Dusseldorf-based Dr Barbara Sturm, known for her age-defying skincare remedies, is another. “As a doctor working in ingredients science, when you develop something that has extraordinary results, you want to get it into every cell,” she says. Sturm has “translated” ingredients such as purslane and a host of powerful antioxidants into her Skin Food, Anti-Pollution Food and Sleep Food formulas, and says that supplements offer incredible opportunities for inside-out innovation. “If you give your body what it needs to build from within, it’s like a firework. For me, it was never just about skincare. It’s about an integrated anti-inflammatory approach to living better.”
Covid-19 is expected to accelerate momentum around supplements as we prioritise our health over the state of our pores. Even before the pandemic there had been an uptick in immunity claims in beauty products – see the rise of probiotic skincare – and the focus of supplements is shifting from catch-all multivitamins to specific wellness claims. “Targeting benefits such as immunity, sleep or stress relief really resonates now,” says Payne.
But it’s a rabbit hole, no question. Dr Sturm takes issue with the hype around “organic” on labels. “So much of it is marketing, when it should come down to ingredients science,” she says. “While it all comes from nature, it needs to be synthesised, not only to make it the right concentration and form – for effective digestion and absorption – but also for safety. Lots of organic ingredients aren’t tolerable for the body.”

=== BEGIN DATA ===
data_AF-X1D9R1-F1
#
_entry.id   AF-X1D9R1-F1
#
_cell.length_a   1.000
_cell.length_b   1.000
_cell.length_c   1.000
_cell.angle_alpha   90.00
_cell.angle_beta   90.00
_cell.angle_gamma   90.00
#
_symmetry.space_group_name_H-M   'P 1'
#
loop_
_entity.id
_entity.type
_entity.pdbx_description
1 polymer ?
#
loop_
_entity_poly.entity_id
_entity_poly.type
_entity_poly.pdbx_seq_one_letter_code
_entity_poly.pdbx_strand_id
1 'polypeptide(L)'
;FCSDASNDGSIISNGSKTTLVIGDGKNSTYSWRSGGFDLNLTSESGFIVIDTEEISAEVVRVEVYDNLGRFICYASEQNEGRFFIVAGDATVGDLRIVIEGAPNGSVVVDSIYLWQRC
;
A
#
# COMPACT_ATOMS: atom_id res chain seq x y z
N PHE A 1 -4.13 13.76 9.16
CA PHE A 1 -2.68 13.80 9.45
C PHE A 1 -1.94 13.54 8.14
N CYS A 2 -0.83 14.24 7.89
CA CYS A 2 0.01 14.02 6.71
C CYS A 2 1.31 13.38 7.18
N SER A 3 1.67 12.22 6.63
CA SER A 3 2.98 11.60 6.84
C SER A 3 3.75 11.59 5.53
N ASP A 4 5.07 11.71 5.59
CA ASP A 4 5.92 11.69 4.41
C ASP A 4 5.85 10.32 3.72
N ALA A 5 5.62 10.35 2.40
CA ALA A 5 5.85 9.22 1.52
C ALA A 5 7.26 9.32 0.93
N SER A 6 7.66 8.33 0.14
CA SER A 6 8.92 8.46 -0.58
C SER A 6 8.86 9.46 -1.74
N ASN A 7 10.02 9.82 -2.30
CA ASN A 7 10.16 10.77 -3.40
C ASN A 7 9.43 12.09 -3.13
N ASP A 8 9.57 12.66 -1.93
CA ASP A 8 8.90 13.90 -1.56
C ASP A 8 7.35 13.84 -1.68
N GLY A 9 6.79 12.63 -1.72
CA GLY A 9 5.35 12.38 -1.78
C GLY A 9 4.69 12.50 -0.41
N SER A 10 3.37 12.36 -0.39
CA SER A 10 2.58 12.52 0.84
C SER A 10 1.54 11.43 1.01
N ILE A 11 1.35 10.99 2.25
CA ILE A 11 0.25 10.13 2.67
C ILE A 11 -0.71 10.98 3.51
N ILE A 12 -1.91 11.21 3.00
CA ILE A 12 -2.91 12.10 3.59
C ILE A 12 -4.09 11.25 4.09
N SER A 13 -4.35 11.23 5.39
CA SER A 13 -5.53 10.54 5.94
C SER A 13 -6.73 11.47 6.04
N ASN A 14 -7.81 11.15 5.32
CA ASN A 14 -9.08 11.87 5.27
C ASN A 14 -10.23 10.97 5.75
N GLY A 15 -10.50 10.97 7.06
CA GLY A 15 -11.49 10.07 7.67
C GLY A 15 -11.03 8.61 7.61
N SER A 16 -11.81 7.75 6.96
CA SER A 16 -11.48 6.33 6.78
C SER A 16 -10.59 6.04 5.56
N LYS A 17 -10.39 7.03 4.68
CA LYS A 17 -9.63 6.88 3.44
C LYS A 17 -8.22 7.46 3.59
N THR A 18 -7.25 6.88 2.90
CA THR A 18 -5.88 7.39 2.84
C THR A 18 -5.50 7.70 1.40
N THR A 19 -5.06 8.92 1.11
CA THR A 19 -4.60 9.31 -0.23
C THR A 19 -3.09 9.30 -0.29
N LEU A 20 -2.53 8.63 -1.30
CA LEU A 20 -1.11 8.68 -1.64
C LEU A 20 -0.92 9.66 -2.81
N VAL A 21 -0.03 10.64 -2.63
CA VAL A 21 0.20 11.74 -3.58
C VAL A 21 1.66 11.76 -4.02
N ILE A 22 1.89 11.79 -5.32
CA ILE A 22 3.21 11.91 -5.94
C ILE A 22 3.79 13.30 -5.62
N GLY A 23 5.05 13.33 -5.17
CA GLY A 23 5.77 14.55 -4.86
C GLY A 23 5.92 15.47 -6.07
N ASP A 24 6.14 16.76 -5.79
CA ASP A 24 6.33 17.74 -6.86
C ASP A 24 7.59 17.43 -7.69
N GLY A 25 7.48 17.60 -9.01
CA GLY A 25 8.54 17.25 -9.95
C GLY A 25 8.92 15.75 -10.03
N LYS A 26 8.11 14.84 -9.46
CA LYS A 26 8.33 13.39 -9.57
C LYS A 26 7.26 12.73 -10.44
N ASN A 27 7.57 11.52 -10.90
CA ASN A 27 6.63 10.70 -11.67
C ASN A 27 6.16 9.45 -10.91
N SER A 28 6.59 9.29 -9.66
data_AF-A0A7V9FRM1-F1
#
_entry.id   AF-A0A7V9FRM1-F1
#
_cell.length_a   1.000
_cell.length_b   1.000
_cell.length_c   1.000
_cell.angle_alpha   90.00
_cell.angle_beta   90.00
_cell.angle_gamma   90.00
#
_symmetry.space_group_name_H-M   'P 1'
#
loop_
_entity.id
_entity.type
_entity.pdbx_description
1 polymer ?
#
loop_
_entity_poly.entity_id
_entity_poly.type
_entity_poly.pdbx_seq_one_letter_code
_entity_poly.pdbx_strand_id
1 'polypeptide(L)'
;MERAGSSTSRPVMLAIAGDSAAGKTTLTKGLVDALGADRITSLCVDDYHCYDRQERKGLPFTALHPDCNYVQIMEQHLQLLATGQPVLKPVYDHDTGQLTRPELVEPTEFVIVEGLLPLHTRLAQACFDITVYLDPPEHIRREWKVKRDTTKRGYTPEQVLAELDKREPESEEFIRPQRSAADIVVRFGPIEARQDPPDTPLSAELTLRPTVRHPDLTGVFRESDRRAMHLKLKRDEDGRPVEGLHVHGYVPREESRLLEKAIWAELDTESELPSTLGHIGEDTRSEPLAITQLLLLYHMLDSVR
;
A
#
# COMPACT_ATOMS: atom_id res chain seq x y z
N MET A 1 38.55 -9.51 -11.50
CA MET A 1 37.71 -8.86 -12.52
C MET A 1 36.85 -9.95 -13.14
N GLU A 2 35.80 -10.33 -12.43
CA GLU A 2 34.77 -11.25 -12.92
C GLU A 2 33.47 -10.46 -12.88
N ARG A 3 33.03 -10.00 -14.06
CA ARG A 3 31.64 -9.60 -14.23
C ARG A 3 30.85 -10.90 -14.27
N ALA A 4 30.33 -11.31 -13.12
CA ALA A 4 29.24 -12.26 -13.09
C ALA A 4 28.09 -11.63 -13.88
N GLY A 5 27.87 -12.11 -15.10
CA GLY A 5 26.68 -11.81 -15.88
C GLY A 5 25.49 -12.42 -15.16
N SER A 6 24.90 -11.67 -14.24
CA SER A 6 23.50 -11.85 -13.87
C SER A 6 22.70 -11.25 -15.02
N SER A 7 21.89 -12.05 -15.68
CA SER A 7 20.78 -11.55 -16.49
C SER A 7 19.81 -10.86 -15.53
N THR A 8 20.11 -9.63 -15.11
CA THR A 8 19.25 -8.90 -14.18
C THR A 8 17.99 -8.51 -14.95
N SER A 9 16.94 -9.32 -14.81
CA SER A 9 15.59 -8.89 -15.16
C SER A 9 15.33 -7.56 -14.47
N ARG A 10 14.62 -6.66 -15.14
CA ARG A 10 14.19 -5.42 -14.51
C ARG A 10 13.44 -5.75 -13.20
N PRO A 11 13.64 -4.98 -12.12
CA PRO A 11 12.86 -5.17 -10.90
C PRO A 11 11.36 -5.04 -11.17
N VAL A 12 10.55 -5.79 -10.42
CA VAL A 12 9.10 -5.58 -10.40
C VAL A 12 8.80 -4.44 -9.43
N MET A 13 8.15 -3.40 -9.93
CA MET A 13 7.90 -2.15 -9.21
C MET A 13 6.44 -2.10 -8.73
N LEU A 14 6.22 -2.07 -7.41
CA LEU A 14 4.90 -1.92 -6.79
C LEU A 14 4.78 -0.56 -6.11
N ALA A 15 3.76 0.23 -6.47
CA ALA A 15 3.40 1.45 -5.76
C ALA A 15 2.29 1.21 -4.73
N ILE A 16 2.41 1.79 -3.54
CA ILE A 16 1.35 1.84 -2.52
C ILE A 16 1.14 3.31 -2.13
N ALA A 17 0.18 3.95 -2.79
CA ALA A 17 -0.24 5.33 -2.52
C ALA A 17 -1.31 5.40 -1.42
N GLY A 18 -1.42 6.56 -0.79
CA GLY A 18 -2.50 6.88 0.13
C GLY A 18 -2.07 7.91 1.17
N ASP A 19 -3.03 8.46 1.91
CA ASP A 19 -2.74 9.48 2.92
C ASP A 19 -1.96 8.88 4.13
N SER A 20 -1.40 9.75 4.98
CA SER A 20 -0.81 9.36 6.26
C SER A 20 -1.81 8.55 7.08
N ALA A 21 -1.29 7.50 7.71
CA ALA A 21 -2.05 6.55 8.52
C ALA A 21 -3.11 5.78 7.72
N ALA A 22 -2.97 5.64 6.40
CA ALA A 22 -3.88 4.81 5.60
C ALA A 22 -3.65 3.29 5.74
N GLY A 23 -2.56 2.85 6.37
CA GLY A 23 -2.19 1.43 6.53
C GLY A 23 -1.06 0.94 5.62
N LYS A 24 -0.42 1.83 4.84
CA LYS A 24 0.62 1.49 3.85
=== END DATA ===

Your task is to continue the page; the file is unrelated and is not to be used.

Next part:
Transparency is where brands can shine, and some are stepping up. “Ultimately, I would hope it forces a higher standard,” says Payne, mentioning vitamin-brand Ritual, self-described as “for sceptics, by sceptics”. One of the most accessible approaches comes from Care/of, a brand in the growing “personalised supplements” domain, which classifies each product based on a review of existing research, with criteria including number of studies, consistency of results, magnitude of results and methodology.
Meanwhile, experts are queuing up to praise Lyma, an ultra-sophisticated “balance restoring” regimen boasting patented, peer-reviewed ingredients and delivery systems that address everything from immune support to mental focus, whole-body inflammation, stress, the skin, hair, nails, heart, vision and bones. It was developed with help from Dr Clayton, who has never lent his expertise to a supplement with a beauty aspect before, but was impressed with the founders’ diligence: “Their evidence-based approach to health and anti-ageing is a sign of things to come,” he says. Then there’s Symprove, a liquid formula launched in 2002 that works on the gut microbiome, which is experiencing a resurgence. While the packaging is less style-conscious, the science is sound, and consumers are voting with their wallets. Proof that it may not always look amazing on the outside – but it’s what’s inside that counts.